No state engaged in conduct in 2022 that contravened the TPNW’s prohibition on testing. North Korea, however, the only state known to have engaged in explosive nuclear testing since 1998, was said to be moving towards conducting a new nuclear test as the year drew to a close.
In November 2022, South Korea’s president Yoon Suk-yeol said any new nuclear test by North Korea will be met with an international response ‘not seen in the past’. He also called on China to play a greater role to deter the North's provocations.
North Korea’s last test detonation occurred in September 2017 and Pyongyang subsequently announced a moratorium on nuclear testing in April 2018, ostensibly destroying its Punggye-ri test site the following month. At the end of 2019, however, North Korea declared an end to its unilateral moratorium, with the change of position reaffirmed in January 2020.2 At the end of April 2022, there were signs that North Korea was rebuilding tunnels at the site. In mid-December 2022, the South Korean Prime Minister, Han Duck-soo, said publicly that the North was ‘ready’ to test a nuclear explosive device.
A new nuclear test detonation by North Korea would violate UN Security Council resolutions and contravene the Comprehensive Nuclear Test-Ban Treaty (CTBT) as well as, arguably, customary international law, in addition to being incompatible with Article 1(1)(a) of the TPNW.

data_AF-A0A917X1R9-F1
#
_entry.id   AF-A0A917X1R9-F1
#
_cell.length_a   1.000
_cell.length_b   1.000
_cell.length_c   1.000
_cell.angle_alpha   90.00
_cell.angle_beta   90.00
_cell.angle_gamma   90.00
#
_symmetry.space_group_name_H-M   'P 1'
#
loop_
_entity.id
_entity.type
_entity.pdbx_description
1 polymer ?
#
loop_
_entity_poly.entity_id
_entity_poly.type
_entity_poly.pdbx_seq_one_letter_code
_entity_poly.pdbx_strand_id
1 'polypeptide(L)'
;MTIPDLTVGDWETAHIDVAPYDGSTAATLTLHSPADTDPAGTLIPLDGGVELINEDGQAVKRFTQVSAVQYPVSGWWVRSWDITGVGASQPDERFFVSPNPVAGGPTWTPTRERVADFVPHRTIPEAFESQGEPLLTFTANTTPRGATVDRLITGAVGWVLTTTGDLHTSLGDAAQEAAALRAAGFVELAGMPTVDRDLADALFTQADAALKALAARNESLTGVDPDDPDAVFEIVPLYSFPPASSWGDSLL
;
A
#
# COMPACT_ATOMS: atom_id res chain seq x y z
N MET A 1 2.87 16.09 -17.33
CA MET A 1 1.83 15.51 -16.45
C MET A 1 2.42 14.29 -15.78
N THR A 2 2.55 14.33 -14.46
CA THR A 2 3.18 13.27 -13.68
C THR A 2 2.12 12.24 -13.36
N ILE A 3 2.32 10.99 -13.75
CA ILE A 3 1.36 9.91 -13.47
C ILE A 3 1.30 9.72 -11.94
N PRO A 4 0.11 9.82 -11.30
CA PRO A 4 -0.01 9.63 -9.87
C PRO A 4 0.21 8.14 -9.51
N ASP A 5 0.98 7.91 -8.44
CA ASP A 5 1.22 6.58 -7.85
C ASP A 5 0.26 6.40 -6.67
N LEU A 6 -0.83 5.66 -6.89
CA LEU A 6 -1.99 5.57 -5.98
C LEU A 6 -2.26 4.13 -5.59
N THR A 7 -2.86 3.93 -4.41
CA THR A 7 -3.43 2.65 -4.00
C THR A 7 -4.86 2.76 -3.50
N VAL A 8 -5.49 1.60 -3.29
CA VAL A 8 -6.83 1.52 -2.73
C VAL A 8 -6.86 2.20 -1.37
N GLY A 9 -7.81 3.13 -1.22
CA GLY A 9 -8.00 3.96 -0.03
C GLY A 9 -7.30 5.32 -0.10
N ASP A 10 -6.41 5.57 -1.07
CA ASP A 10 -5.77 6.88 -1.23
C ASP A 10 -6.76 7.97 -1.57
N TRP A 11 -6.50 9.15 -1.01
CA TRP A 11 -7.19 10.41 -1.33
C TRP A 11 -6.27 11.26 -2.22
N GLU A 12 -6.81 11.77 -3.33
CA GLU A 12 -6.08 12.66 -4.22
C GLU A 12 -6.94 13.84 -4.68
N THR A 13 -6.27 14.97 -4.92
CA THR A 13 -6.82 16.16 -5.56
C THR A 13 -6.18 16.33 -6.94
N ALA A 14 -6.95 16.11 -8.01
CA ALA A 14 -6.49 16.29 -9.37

Since the first nuclear test explosion on 16 July 1945, at least eight states have conducted a total of at least 2,050 nuclear test explosions at dozens of test sites around the world. India and Pakistan both exploded nuclear devices in 1998. The United Kingdom undertook its last explosive test in 1991. France completed its last nuclear explosive test in 1996 and completely dismantled its nuclear testing site in the Pacific. The United States conducted its last explosive tests in 1992, but in November 2017 the US government decided to shorten its testing readiness timeline from between 24 and 36 months to between 6 and 10 months ‘for a simple test’.
China’s last explosive nuclear test was in July 1996, only a few months prior to the adoption of the CTBT by the UN General Assembly.7 The Soviet Union/Russia undertook its last known explosive test in 1990. Speaking in February 2023, a few days before the first anniversary of the Russian invasion of Ukraine, President Putin pledged that Russia would resume nuclear testing should the United States do so first.
In September 1979, a flash over the Indian Ocean detected by a US satellite (Vela) was suspected of being a South African nuclear test, conducted in collaboration with Israel. This was never confirmed officially by either of these states.